Saturday, February 13, 2010

Heroine of the Weekend

This week we continue with our look at Irish heroines (to celebrate the release of Countess of Scandal!) with Constance, Countess Markiewicz, politician, revolutionary, Irish nationalist, and suffragist (and also the first woman in Europe to hold a cabinet position, as Minister of Labour of the Irish Republic from 1919 to 1922. She was also the first woman elected to the British House of Commons, though she did not take her seat).

She was born Constance Gore-Booth in London on February 4, 1868, daughter of the Arctic explorer Sir Henry Gore-Booth and his wife Georgina, who were also landowners in Ireland, at the estate of Lissadell in County Sligo. WB Yeats was a childhood friend of Constance and her sister Eva, and they were the subjects of his poem In Memory of Eva Gore-Booth and Con Markievicz ("two girls in silk kimonos, both beautiful, one a gazelle"). In 1892 she went to study art at the Slade School in London, where she first became interested in political activisim, joining the National Union of Women's Suffrage Society. When she moved to Paris, she met her husband, Kazimierz Dunin-Markiewicz, a Ukrainian count. His first wife died in 1899, and he and Constance were married in 1901, with their daughter Maeve being born at Lissadell (the girl was raised by her grandparents and was later estranged from her mother). Constance also raised her husband's son, Nicolas, who returned to Poland as an adult.

The new family settled in Dublin to enjoy the artistic and literary circles of the city, with Constance gaining a reputation as a landscape painter and a founder of the United Artists Club. She also became involved with the Gaelic League (founded by future first president of Ireland, Douglas Hyde), a group dedicated to the preservation of Irish language and culture and also a magnet for those interested in nationalist politics. One of the members was Sarah Purser, who held a salon for artists and intellectuals where Constance met revolutionaries like Maud Gonne, John O'Leary, and Michael Davitt. In 1906, a holiday cottage was rented where the previous tenant, poet Padriac Colum, left behind copies of Sinn Fein and The Peasant, which she read and was launched into action.

In 1908, she joined Sinn Fein and Inghinidhe na hEireann (Daughters of Ireland), founded by Maud Gonne. When Constance arrived at her first meeting straight from a ball at Dublin Castle (seat of British rule in Dublin) in a gown and tiara, she was looked on with a bit of suspicion, which only seemed to make her more eager to join! She became ever more active in the suffragist cause, along with her sister. In 1909 she founded an organisation to instruct young men in the use of firearms, Fianna Eireann, and was jailed for the first time in 1911 for speaking at an Irish Republican Brotherhood gathering of nearly 30,000 to protest the visit of the king to Ireland. She founded a soup kitchen to feed poor school children, and organized meals for demonstrating workers.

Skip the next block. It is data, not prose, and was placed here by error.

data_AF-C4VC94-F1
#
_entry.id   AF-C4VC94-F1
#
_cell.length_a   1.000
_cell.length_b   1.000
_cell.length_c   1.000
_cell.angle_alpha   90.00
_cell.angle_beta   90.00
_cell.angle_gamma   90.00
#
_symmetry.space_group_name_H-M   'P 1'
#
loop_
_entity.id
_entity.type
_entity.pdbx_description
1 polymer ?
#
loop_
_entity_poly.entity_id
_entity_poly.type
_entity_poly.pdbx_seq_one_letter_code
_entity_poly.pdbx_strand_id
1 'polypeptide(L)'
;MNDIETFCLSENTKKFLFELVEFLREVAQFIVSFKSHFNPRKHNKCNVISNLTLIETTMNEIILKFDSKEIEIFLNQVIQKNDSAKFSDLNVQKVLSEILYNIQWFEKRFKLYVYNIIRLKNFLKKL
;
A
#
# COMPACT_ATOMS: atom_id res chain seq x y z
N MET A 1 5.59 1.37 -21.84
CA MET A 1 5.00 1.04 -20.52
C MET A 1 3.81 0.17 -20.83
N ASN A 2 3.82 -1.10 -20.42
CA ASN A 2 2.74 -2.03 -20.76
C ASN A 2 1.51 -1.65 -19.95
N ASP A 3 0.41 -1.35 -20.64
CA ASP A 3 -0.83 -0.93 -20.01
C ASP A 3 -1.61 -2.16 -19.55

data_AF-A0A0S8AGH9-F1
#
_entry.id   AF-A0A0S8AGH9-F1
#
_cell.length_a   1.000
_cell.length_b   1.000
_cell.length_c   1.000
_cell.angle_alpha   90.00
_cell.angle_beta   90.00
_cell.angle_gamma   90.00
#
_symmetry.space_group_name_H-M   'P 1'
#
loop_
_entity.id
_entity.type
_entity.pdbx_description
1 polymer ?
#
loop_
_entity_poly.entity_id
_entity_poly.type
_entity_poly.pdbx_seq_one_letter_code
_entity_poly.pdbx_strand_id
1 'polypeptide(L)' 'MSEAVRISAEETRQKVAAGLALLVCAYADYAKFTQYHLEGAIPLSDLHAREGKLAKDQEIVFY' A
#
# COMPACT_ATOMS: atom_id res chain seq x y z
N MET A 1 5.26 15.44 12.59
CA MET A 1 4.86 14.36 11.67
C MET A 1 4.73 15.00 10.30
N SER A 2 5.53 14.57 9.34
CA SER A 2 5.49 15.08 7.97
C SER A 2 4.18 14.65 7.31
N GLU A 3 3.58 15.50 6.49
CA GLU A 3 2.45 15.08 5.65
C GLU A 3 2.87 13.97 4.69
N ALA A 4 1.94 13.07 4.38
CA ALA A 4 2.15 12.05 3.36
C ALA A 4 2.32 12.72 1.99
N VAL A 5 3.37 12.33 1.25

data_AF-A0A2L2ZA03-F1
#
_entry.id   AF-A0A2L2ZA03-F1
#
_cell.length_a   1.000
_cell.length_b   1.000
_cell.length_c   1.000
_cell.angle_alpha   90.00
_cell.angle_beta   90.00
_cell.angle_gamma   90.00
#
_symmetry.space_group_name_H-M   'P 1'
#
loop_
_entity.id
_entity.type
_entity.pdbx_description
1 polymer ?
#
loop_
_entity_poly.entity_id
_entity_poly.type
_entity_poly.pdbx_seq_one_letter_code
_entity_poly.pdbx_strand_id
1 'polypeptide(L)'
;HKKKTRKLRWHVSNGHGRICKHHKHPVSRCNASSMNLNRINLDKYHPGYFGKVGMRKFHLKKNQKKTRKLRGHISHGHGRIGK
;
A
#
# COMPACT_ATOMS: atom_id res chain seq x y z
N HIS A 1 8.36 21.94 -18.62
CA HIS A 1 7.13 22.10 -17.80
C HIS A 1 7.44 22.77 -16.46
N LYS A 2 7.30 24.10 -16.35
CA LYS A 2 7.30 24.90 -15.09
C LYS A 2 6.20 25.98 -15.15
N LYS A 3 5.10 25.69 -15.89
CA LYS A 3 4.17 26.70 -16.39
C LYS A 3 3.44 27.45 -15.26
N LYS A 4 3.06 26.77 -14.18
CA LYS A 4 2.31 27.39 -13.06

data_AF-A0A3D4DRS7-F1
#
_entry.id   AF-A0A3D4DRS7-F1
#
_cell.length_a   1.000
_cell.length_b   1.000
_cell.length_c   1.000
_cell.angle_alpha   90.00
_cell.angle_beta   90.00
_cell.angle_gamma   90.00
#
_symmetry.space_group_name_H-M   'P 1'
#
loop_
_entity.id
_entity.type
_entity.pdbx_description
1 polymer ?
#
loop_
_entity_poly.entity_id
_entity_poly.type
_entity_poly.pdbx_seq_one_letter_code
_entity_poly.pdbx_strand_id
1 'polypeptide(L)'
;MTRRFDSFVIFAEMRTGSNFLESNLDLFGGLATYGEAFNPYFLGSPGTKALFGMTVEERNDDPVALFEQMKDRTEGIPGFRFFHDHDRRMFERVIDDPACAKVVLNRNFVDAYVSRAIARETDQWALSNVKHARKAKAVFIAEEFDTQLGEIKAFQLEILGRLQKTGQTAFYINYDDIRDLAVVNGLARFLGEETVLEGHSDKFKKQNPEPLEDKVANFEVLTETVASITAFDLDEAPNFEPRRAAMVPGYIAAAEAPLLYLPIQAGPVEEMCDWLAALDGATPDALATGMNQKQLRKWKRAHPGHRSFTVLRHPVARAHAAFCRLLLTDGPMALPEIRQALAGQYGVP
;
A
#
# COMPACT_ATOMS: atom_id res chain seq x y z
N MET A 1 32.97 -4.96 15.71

In 1913, her husband moved back to Ukraine and never returned to live in Ireland, though they were never completely estranged. In 1916, she found herself at the center of the Easter Rising, holding the rank of officer in the ICA as second in command to Michael Mallin at St. Stephen's Green. She supervised the setting up of barricades and was in the middle of the fighting, wounding a sniper who fired at them from the rooftops of adjacent tall buildings. After the retreat to the nearby Royal College of Surgeons, she and Mallin held out for 6 days. They were taken to Dublin Castle, and Constance was then transferred to Kilmainham Gaol where she was held in solitary confinement. At her trial she declared "I did what was right and I stand by it." She was sentenced to death, but the sentence was commuted to life in prison. She was released in 1917 when a general amnesty was declared for those who participated in the Rising.

In less than a year she was back in jail for anti-conscription activities. In the 1918 general election she was elected for the constiuency of Dublin St. Patrick's to the House of Commons, but in life with the other 73 Sinn Fein MPs would not take her seat. She was in prison when her colleagues assembled for the first meeting of Dail Eireann, the Parliament of the Irish Republic, where she was described as being "imprisoned by the foreign enemy." She was re-elected to the Seond Dail in 1921 and served as Minister for Labour from April 1919 to January 1922.

She left the government in 1922 in opposition to the Anglo-Irish Treaty, and fought for her cause in the Irish Civil War, defending Moran's Hotel in Dublin. This led to more jail time, though she was released after only about a month and returned to politics. She died on July 15, 1927, possibly of tuberculosis, with her family reunited at her side. She was buried in Glasnevin Cemetery in Dublin, with Eamon de Valera giving the funeral oration.

This is only the tip of the iceberg with this event-filled life! There are lots of great sources, including:
Anne Marreco, The Rebel Countess: The Life and Times of Constance Markievicz (1967)
Diane Norman, Terrible Beauty: A Life of Constance Markievicz, 1868-1927 (1987)
Anne Haverty, Constance Markievicz: Irish Revolutionary (1993)
Joe McGowan, Constance Markievicz: The People's Countess (2003)

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